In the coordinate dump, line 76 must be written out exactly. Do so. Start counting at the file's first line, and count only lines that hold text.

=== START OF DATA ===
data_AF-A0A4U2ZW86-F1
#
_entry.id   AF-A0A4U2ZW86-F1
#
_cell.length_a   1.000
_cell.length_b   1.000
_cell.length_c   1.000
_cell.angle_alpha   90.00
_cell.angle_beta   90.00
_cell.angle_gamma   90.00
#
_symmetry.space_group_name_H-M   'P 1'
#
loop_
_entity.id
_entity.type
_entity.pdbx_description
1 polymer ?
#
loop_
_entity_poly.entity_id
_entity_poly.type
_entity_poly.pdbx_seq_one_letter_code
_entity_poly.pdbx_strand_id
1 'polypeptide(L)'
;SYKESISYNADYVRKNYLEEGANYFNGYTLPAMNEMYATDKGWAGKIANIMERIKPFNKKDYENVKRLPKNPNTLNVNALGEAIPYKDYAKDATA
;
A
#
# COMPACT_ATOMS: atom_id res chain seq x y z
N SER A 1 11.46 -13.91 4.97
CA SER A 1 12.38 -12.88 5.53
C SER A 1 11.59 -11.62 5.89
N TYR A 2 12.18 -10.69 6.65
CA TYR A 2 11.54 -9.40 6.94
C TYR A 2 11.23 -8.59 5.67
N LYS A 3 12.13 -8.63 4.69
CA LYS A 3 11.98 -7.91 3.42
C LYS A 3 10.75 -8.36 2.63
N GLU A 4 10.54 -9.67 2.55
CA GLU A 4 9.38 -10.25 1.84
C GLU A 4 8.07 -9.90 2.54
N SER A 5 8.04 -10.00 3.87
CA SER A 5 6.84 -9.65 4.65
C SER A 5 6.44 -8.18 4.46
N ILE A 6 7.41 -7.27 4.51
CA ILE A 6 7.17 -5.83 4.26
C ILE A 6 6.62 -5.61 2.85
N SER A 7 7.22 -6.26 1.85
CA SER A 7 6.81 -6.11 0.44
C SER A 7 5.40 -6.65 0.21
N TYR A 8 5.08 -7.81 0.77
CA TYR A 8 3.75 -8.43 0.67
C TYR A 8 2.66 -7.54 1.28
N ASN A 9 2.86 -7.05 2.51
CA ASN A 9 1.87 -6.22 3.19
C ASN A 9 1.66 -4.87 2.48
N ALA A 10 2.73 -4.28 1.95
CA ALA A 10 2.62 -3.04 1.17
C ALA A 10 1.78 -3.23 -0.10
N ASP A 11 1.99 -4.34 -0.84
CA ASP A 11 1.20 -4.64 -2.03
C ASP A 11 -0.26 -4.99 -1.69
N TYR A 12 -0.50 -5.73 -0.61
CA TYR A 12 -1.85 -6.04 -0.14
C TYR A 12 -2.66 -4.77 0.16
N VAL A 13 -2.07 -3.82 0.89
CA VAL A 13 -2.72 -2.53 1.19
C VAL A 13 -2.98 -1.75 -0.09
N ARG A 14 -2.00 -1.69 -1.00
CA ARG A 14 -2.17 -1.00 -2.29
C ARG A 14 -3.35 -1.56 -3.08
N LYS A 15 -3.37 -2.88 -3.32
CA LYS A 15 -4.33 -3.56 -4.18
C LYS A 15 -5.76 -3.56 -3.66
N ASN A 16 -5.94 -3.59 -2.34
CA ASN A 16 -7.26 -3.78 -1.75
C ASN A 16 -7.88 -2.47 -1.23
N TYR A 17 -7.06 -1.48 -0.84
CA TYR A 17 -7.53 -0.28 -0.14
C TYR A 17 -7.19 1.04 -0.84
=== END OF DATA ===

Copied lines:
N ASN A 16 -5.94 -3.59 -2.34